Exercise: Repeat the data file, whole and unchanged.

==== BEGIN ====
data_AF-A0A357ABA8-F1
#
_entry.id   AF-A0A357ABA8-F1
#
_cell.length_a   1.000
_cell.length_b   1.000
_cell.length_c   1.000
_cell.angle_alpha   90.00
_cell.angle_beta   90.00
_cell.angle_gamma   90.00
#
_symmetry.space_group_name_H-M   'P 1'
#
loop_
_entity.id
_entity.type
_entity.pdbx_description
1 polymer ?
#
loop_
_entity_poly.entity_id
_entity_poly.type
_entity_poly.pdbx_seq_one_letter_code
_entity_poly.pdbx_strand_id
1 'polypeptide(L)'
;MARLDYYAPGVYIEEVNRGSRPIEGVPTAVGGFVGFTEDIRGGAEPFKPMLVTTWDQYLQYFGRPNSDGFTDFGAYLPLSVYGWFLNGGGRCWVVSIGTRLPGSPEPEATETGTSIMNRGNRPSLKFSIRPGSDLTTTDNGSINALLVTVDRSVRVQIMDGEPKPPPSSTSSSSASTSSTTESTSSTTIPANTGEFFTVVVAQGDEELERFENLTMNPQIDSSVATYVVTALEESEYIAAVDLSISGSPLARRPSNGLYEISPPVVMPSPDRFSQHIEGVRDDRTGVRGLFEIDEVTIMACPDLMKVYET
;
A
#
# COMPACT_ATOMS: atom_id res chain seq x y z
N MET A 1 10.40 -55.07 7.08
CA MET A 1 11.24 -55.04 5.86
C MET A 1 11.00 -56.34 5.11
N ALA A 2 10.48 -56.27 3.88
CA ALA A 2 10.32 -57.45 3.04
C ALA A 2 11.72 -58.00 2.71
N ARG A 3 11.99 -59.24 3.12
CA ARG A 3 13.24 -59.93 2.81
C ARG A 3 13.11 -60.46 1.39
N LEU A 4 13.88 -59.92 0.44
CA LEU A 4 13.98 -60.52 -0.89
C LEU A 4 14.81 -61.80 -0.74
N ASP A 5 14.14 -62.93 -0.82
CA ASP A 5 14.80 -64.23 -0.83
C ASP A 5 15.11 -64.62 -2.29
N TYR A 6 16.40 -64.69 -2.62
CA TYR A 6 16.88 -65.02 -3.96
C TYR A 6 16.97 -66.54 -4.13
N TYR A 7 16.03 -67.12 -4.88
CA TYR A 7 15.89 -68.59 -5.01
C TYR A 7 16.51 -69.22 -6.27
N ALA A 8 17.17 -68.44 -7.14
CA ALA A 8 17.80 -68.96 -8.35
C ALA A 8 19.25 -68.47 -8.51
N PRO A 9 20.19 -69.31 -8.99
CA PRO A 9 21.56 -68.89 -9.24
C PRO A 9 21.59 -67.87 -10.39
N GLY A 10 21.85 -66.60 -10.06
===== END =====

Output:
data_AF-A0A357ABA8-F1
#
_entry.id   AF-A0A357ABA8-F1
#
_cell.length_a   1.000
_cell.length_b   1.000
_cell.length_c   1.000
_cell.angle_alpha   90.00
_cell.angle_beta   90.00
_cell.angle_gamma   90.00
#
_symmetry.space_group_name_H-M   'P 1'
#
loop_
_entity.id
_entity.type
_entity.pdbx_description
1 polymer ?
#
loop_
_entity_poly.entity_id
_entity_poly.type
_entity_poly.pdbx_seq_one_letter_code
_entity_poly.pdbx_strand_id
1 'polypeptide(L)'
;MARLDYYAPGVYIEEVNRGSRPIEGVPTAVGGFVGFTEDIRGGAEPFKPMLVTTWDQYLQYFGRPNSDGFTDFGAYLPLSVYGWFLNGGGRCWVVSIGTRLPGSPEPEATETGTSIMNRGNRPSLKFSIRPGSDLTTTDNGSINALLVTVDRSVRVQIMDGEPKPPPSSTSSSSASTSSTTESTSSTTIPANTGEFFTVVVAQGDEELERFENLTMNPQIDSSVATYVVTALEESEYIAAVDLSISGSPLARRPSNGLYEISPPVVMPSPDRFSQHIEGVRDDRTGVRGLFEIDEVTIMACPDLMKVYET
;
A
#
# COMPACT_ATOMS: atom_id res chain seq x y z
N MET A 1 10.40 -55.07 7.08
CA MET A 1 11.24 -55.04 5.86
C MET A 1 11.00 -56.34 5.11
N ALA A 2 10.48 -56.27 3.88
CA ALA A 2 10.32 -57.45 3.04
C ALA A 2 11.72 -58.00 2.71
N ARG A 3 11.99 -59.24 3.12
CA ARG A 3 13.24 -59.93 2.81
C ARG A 3 13.11 -60.46 1.39
N LEU A 4 13.88 -59.92 0.44
CA LEU A 4 13.98 -60.52 -0.89
C LEU A 4 14.81 -61.80 -0.74
N ASP A 5 14.14 -62.93 -0.82
CA ASP A 5 14.80 -64.23 -0.83
C ASP A 5 15.11 -64.62 -2.29
N TYR A 6 16.40 -64.69 -2.62
CA TYR A 6 16.88 -65.02 -3.96
C TYR A 6 16.97 -66.54 -4.13
N TYR A 7 16.03 -67.12 -4.88
CA TYR A 7 15.89 -68.59 -5.01
C TYR A 7 16.51 -69.22 -6.27
N ALA A 8 17.17 -68.44 -7.14
CA ALA A 8 17.80 -68.96 -8.35
C ALA A 8 19.25 -68.47 -8.51
N PRO A 9 20.19 -69.31 -8.99
CA PRO A 9 21.56 -68.89 -9.24
C PRO A 9 21.59 -67.87 -10.39
N GLY A 10 21.85 -66.60 -10.06